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Free Reign: Clinic Holds the Reins May 28, 2013

Filed under: CD Reviews — NVMP @ 9:04 PM
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Review by Hoverbee

Clinic--Free-Reign-album-cover

In what seems like another lifetime, while record shopping, I was mesmerized by the music being pumped out of the record shop’s speakers.  It grabbed me and brought me on a curious journey before setting me back down on earth.  Entranced, I wandered to the clerk to inquire “Who is this band?”  “Clinic,” he said.

I bought the album Walking With Thee on the spot.  I took it home and played it until I knew every note and had discovered all of its hidden secrets.  After much consideration of a friend’s upcoming birthday, I was convinced this album would be the perfect gift and had been prepared for the album to simply blow her mind.  I did not receive the reaction I expected.  “Every song on the album sounds the same.”  Oh, how I was plagued by this wretched way of thinking!  The beauty of Clinic is their ability the create variations on a theme.  The influence of experimental jam sessions, psychedelia and jazz in the music is what many listeners find attractive.  Look at “Echoes” from Pink Floyd’s Meddle which is essentially one long song that comprises the entire second side of a vinyl record.  Some of us don’t mind if an album sounds like one long song.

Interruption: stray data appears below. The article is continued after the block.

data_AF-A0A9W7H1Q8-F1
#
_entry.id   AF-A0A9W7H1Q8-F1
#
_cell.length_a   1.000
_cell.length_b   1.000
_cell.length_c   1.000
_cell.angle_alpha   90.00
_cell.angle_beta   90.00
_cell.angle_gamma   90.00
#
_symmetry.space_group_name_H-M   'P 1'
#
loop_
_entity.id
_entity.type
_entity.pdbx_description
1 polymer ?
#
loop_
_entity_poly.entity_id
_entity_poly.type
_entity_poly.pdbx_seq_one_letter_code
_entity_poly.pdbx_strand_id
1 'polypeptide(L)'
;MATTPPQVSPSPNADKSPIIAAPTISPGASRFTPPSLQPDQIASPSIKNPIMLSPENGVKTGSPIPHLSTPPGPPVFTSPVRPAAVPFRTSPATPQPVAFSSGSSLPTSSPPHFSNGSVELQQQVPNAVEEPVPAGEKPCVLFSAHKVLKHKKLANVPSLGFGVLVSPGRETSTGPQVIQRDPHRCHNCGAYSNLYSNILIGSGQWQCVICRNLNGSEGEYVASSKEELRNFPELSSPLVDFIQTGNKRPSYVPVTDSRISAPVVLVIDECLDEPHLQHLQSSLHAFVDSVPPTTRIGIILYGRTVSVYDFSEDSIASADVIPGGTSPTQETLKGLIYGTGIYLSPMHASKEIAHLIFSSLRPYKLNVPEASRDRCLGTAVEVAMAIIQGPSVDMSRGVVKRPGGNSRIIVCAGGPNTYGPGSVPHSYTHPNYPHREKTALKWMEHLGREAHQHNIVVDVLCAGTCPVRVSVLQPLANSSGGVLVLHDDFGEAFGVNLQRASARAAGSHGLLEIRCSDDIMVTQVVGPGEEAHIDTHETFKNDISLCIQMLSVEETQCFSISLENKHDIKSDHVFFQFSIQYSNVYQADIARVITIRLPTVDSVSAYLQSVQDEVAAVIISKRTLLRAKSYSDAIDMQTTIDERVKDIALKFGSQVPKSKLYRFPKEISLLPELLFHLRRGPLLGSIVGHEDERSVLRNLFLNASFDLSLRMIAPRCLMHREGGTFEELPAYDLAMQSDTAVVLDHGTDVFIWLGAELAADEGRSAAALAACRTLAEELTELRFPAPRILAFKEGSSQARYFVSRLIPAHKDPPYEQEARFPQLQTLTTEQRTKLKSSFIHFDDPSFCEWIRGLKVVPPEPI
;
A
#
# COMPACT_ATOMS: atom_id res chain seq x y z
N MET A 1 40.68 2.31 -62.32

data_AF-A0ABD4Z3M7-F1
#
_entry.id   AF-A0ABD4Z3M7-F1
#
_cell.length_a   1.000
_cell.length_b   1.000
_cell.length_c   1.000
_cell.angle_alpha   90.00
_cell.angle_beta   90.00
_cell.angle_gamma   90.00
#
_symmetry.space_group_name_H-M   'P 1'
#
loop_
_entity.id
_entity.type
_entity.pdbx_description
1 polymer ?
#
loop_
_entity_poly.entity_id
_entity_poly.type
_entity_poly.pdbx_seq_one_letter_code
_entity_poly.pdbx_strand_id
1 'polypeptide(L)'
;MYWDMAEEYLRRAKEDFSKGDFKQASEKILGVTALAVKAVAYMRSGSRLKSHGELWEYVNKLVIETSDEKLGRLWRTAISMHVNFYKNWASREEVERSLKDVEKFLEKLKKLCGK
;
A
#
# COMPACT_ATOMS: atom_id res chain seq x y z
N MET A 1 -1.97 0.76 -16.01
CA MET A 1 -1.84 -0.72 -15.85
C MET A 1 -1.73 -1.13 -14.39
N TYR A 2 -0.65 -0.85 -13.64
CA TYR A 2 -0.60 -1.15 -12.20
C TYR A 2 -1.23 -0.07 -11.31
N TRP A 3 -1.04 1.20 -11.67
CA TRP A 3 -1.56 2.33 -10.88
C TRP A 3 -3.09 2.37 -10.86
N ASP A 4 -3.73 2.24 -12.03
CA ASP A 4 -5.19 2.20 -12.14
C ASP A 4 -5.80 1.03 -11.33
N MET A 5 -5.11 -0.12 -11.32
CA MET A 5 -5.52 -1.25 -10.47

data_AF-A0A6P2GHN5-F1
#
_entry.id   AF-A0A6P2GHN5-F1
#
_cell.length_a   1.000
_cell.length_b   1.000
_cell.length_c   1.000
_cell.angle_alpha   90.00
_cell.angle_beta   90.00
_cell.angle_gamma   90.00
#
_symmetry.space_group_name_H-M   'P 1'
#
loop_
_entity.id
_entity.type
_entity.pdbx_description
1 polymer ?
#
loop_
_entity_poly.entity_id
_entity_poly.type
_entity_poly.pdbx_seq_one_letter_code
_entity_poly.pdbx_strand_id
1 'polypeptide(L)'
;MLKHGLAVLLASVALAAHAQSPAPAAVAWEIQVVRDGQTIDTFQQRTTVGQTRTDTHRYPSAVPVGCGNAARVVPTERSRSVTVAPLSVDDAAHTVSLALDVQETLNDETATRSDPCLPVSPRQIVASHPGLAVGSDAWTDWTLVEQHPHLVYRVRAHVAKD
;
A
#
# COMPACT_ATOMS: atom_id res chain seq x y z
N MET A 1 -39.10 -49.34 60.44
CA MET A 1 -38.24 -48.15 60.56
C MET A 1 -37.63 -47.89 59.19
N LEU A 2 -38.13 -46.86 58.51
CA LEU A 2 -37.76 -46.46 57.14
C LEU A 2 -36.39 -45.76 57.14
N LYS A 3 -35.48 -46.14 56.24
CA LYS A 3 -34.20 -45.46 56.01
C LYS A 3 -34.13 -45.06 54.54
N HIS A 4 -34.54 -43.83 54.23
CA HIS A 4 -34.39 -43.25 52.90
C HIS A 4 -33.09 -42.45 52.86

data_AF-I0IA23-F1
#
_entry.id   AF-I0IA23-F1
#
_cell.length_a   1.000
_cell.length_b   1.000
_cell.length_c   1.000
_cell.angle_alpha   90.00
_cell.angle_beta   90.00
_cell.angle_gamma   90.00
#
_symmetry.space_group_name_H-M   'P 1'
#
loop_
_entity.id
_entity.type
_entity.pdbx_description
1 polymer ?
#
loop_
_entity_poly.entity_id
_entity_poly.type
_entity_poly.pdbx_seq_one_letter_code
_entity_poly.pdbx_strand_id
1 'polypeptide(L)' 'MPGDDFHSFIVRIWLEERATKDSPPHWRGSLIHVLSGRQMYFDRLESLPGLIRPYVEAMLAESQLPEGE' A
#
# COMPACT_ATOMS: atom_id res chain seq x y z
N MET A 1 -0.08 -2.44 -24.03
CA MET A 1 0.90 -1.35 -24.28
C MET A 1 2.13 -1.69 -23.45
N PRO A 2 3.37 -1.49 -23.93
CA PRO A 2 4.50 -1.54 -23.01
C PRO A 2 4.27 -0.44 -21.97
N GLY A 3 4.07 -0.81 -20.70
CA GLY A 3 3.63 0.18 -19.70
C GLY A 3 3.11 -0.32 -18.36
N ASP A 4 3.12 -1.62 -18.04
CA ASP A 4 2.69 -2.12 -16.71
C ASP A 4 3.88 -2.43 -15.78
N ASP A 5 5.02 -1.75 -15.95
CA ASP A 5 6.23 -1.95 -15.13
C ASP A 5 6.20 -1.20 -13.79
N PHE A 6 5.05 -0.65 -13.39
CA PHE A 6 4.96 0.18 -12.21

On Clinic’s seventh studio album Free Reign, songs like “Seamless Boogie Woogie BBC 10pm (rpt),” “Miss You,” “King Kong” and “You” embody this idea of musical freedom and the spirit of exploration.  The prominently featured wah-wah pedal of 2010’s Bubblegum, a departure from their original sound, is all but gone except for the track “Cosmic Radiation.”  It seems that while Clinic has abandoned their previous attempt to assuage the critics and change their sound in favor of what they do best and what some of us truly love about them, they have not lost the courage to experiment with the music.  Pshaw to those that say Clinic are trapped or tied to a sound and have become stagnant.  Clinic has instead achieved an equilibrium performing a balancing act by managing to remain experimental yet maintain their definitive sound.

For those fans who insist that Free Reign apparently still lacks the gritty raw energy that Clinic creates so well there is Free Reign II, a mix of the album by Daniel Lopatin (a.ka. Oneohtrix Point Never.)  Either way, I’m still as mesmerized and entranced as that day long ago in that record shop.

 

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